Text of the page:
DOE: Women in Advanced Materials and Manufacturing Are Breaking the Glass Ceiling

The U.S. Department of Energy celebrates Women's History Month with profiles of leaders. The story on Diana Bauer mentions the Critical Materials Innovation Hub. 

Women make up half of the U.S. workforce. Yet they hold less than a third of U.S. science, technology, engineering, and mathematics (STEM) jobs. 


Here, at the U.S. Department of Energy’s (DOE’s) Advanced Materials and Manufacturing Technologies Office (AMMTO), we value the voice of women. We know that having equitable representation in the workforce means better reflecting and serving the American public—over half of which is female. 


To celebrate the culmination of Women’s History Month, we’re highlighting a few of our team members who are advancing materials and manufacturing work while also inspiring emerging women leaders. 


What Is Something You’re Proud of That You’ve Achieved in the Past?

Diana Bauer, deputy director: Sometimes success is best measured by what happens after your work leaves your hands. The quality of your work is important, as well as your relationships, timing, and luck—and future leaders. By this measure, the biggest success of my career was leading DOE’s first Critical Materials Strategy in 2010. This work led to the formation of the Critical Materials Innovation Hub among many other things. Nearly 15 years later, DOE’s critical minerals and materials work is going stronger that it ever has, with investments in the billions. I have passed the baton to other leaders, including AMMTO’s very own Helena Khazdozian.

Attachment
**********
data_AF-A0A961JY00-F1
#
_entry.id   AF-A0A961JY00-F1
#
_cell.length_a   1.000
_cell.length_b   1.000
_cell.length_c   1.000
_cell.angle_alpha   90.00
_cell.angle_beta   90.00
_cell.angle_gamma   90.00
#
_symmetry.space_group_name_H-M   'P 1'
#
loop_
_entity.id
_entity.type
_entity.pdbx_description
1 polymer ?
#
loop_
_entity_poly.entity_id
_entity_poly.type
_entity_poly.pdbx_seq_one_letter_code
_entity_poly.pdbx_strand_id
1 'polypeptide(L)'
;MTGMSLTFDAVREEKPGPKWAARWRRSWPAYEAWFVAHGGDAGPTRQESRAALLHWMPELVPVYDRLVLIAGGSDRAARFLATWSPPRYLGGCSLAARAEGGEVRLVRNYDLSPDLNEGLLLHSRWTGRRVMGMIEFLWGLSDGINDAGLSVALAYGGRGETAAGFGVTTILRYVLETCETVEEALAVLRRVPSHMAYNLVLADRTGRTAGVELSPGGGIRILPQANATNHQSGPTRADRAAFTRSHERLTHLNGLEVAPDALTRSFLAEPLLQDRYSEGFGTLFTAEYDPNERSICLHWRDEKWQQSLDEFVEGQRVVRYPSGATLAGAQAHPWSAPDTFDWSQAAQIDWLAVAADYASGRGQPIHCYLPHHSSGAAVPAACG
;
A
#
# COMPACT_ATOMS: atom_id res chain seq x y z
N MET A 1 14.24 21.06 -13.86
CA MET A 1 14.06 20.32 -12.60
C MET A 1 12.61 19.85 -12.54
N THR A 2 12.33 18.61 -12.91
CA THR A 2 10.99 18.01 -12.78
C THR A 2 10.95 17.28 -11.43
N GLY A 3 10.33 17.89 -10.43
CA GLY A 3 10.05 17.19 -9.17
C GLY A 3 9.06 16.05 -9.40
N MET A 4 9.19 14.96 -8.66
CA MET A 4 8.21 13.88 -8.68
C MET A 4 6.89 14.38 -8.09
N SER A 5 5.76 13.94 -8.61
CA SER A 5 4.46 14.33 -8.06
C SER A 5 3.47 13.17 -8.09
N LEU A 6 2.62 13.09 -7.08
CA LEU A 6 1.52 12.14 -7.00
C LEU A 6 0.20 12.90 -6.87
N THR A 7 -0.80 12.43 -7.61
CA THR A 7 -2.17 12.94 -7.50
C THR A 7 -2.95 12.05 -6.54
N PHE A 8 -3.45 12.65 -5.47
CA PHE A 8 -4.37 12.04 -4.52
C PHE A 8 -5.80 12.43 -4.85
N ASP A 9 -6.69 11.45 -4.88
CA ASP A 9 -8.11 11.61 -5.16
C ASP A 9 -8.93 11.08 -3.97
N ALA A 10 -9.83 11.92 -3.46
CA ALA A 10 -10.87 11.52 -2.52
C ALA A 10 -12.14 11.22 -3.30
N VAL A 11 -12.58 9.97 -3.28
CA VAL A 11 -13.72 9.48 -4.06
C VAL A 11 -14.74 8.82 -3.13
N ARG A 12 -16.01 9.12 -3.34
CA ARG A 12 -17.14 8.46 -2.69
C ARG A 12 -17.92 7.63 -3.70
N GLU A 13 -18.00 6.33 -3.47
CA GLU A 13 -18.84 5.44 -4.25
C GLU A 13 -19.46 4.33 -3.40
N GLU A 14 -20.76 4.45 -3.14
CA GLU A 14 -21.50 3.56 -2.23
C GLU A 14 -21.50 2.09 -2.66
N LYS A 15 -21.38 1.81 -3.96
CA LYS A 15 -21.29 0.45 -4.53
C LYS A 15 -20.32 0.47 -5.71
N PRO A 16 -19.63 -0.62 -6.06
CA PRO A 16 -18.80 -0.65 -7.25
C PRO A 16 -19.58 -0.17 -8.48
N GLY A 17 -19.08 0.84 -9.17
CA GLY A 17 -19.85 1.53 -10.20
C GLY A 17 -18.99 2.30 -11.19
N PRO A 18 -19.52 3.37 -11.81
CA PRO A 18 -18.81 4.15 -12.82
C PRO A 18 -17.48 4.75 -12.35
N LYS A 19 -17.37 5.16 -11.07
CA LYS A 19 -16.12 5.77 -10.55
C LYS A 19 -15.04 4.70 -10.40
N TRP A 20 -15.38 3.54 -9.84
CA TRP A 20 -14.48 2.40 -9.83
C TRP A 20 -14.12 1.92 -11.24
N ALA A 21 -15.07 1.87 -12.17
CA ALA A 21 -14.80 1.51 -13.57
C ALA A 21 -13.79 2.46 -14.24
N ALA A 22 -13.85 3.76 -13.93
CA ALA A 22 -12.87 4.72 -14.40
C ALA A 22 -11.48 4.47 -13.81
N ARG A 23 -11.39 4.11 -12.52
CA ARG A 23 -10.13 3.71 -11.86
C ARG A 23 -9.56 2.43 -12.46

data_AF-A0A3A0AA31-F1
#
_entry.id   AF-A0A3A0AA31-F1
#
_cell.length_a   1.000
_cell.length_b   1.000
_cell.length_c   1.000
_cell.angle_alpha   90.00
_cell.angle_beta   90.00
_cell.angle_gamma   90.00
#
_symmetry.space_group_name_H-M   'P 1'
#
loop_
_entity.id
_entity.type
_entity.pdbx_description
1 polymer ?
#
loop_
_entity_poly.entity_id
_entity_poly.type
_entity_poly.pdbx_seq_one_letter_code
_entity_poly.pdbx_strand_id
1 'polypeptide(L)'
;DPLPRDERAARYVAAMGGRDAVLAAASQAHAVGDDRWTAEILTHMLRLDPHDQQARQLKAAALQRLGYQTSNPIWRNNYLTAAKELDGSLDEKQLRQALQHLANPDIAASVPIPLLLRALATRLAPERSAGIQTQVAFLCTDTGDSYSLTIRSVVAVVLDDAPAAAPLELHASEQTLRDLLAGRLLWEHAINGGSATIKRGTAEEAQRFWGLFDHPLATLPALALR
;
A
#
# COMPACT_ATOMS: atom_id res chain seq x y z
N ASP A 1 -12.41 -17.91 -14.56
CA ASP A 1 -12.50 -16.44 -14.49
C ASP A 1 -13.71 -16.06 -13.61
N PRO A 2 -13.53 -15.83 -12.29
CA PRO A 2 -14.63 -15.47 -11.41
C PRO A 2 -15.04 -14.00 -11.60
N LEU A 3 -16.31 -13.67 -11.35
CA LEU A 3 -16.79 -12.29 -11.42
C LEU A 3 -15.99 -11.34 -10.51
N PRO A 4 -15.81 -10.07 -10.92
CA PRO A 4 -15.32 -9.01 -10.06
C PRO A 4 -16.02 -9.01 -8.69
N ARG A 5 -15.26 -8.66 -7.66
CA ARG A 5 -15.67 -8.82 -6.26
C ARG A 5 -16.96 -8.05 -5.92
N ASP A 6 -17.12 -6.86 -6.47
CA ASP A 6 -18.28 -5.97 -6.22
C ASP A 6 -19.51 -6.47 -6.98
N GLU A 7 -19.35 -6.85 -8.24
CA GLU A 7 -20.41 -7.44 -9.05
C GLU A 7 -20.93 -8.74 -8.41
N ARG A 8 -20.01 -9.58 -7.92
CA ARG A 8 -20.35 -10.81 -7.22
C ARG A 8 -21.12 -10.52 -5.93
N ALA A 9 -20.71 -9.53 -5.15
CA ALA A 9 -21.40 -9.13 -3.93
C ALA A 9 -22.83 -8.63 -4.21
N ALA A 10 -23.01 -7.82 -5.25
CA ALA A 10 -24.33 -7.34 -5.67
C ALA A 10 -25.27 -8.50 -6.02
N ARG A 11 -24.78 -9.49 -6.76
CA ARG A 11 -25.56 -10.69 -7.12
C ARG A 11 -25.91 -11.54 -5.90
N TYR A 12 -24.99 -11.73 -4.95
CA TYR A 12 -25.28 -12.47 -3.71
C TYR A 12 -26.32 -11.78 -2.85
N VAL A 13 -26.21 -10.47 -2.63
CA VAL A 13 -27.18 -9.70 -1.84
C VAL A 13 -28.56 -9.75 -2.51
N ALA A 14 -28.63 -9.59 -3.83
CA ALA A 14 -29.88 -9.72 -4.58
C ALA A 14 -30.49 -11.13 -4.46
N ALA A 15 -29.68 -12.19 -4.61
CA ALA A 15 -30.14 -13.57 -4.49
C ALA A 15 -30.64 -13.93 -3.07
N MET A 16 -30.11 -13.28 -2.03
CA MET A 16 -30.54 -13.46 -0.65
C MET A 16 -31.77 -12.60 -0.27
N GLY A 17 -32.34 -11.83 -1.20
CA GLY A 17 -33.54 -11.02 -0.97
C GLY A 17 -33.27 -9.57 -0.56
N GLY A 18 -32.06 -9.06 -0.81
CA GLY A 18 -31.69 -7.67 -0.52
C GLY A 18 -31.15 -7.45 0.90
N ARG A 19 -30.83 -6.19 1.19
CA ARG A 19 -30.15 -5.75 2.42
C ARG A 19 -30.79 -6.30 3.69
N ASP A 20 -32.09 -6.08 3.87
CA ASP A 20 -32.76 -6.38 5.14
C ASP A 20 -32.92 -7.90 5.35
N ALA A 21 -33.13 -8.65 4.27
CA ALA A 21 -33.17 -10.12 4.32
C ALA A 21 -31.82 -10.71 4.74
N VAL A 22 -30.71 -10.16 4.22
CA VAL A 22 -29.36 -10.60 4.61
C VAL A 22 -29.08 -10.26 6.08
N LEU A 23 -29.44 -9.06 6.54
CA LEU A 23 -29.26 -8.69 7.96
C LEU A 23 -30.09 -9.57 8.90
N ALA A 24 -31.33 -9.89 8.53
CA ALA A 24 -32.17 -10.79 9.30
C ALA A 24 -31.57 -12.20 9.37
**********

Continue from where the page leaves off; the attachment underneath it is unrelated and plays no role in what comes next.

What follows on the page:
Link to the full story: The U.S. Department of Energy celebrates Women's History Month with profiles of leaders, including Diana Bauer